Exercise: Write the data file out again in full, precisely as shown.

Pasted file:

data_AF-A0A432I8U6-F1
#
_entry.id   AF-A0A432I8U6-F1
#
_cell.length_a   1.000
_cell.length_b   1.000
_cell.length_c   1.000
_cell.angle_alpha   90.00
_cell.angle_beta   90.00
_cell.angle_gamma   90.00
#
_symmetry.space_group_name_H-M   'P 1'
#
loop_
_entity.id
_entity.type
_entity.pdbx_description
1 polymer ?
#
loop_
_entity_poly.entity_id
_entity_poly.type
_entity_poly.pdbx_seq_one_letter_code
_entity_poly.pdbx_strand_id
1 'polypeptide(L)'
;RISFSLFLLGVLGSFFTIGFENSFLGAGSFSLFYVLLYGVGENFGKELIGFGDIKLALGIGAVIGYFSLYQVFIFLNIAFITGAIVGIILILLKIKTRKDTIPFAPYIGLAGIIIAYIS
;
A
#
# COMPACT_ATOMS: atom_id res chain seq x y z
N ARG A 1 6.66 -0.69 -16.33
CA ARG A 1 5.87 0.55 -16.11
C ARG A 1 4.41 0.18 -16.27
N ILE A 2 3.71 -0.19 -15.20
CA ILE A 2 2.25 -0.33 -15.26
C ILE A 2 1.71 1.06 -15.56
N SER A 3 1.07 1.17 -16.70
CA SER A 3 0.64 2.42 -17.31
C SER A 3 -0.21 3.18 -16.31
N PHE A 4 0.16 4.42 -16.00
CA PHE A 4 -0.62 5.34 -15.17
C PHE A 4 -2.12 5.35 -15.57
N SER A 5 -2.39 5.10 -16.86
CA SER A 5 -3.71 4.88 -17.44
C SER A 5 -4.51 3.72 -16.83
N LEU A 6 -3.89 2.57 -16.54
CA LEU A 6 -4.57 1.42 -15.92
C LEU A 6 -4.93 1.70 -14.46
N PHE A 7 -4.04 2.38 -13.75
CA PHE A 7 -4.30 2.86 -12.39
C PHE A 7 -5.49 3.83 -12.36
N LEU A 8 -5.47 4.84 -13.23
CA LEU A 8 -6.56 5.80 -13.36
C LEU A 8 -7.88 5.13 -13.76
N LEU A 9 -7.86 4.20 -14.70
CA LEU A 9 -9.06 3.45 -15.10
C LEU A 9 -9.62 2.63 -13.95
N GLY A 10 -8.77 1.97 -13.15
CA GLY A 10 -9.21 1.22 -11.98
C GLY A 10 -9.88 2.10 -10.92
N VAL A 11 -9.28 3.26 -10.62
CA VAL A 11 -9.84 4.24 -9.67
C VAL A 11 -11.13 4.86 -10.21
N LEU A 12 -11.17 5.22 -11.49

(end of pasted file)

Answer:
data_AF-A0A432I8U6-F1
#
_entry.id   AF-A0A432I8U6-F1
#
_cell.length_a   1.000
_cell.length_b   1.000
_cell.length_c   1.000
_cell.angle_alpha   90.00
_cell.angle_beta   90.00
_cell.angle_gamma   90.00
#
_symmetry.space_group_name_H-M   'P 1'
#
loop_
_entity.id
_entity.type
_entity.pdbx_description
1 polymer ?
#
loop_
_entity_poly.entity_id
_entity_poly.type
_entity_poly.pdbx_seq_one_letter_code
_entity_poly.pdbx_strand_id
1 'polypeptide(L)'
;RISFSLFLLGVLGSFFTIGFENSFLGAGSFSLFYVLLYGVGENFGKELIGFGDIKLALGIGAVIGYFSLYQVFIFLNIAFITGAIVGIILILLKIKTRKDTIPFAPYIGLAGIIIAYIS
;
A
#
# COMPACT_ATOMS: atom_id res chain seq x y z
N ARG A 1 6.66 -0.69 -16.33
CA ARG A 1 5.87 0.55 -16.11
C ARG A 1 4.41 0.18 -16.27
N ILE A 2 3.71 -0.19 -15.20
CA ILE A 2 2.25 -0.33 -15.26
C ILE A 2 1.71 1.06 -15.56
N SER A 3 1.07 1.17 -16.70
CA SER A 3 0.64 2.42 -17.31
C SER A 3 -0.21 3.18 -16.31
N PHE A 4 0.16 4.42 -16.00
CA PHE A 4 -0.62 5.34 -15.17
C PHE A 4 -2.12 5.35 -15.57
N SER A 5 -2.39 5.10 -16.86
CA SER A 5 -3.71 4.88 -17.44
C SER A 5 -4.51 3.72 -16.83
N LEU A 6 -3.89 2.57 -16.54
CA LEU A 6 -4.57 1.42 -15.92
C LEU A 6 -4.93 1.70 -14.46
N PHE A 7 -4.04 2.38 -13.75
CA PHE A 7 -4.30 2.86 -12.39
C PHE A 7 -5.49 3.83 -12.36
N LEU A 8 -5.47 4.84 -13.23
CA LEU A 8 -6.56 5.80 -13.36
C LEU A 8 -7.88 5.13 -13.76
N LEU A 9 -7.86 4.20 -14.70
CA LEU A 9 -9.06 3.45 -15.10
C LEU A 9 -9.62 2.63 -13.95
N GLY A 10 -8.77 1.97 -13.15
CA GLY A 10 -9.21 1.22 -11.98
C GLY A 10 -9.88 2.10 -10.92
N VAL A 11 -9.28 3.26 -10.62
CA VAL A 11 -9.84 4.24 -9.67
C VAL A 11 -11.13 4.86 -10.21
N LEU A 12 -11.17 5.22 -11.49